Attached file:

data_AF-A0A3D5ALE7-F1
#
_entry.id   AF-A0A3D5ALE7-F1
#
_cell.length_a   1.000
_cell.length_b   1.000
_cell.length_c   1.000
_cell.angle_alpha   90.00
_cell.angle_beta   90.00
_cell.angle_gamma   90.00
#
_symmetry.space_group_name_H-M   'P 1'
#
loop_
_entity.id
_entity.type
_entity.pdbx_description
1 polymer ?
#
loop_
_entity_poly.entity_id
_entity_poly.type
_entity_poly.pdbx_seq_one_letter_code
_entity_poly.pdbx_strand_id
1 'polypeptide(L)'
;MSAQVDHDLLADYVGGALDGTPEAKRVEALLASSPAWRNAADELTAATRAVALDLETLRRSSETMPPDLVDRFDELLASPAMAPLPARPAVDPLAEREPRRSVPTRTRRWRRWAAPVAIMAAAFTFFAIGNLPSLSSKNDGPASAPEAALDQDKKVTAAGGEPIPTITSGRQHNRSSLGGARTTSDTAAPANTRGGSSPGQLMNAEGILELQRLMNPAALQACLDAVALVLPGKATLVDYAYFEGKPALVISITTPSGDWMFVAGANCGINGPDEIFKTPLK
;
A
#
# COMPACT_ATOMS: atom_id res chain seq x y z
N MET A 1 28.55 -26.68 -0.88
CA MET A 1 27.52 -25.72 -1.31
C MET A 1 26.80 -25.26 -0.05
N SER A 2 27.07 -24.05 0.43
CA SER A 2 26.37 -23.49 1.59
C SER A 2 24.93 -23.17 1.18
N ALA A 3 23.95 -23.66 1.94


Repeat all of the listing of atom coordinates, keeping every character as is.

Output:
data_AF-A0A3D5ALE7-F1
#
_entry.id   AF-A0A3D5ALE7-F1
#
_cell.length_a   1.000
_cell.length_b   1.000
_cell.length_c   1.000
_cell.angle_alpha   90.00
_cell.angle_beta   90.00
_cell.angle_gamma   90.00
#
_symmetry.space_group_name_H-M   'P 1'
#
loop_
_entity.id
_entity.type
_entity.pdbx_description
1 polymer ?
#
loop_
_entity_poly.entity_id
_entity_poly.type
_entity_poly.pdbx_seq_one_letter_code
_entity_poly.pdbx_strand_id
1 'polypeptide(L)'
;MSAQVDHDLLADYVGGALDGTPEAKRVEALLASSPAWRNAADELTAATRAVALDLETLRRSSETMPPDLVDRFDELLASPAMAPLPARPAVDPLAEREPRRSVPTRTRRWRRWAAPVAIMAAAFTFFAIGNLPSLSSKNDGPASAPEAALDQDKKVTAAGGEPIPTITSGRQHNRSSLGGARTTSDTAAPANTRGGSSPGQLMNAEGILELQRLMNPAALQACLDAVALVLPGKATLVDYAYFEGKPALVISITTPSGDWMFVAGANCGINGPDEIFKTPLK
;
A
#
# COMPACT_ATOMS: atom_id res chain seq x y z
N MET A 1 28.55 -26.68 -0.88
CA MET A 1 27.52 -25.72 -1.31
C MET A 1 26.80 -25.26 -0.05
N SER A 2 27.07 -24.05 0.43
CA SER A 2 26.37 -23.49 1.59
C SER A 2 24.93 -23.17 1.18
N ALA A 3 23.95 -23.66 1.94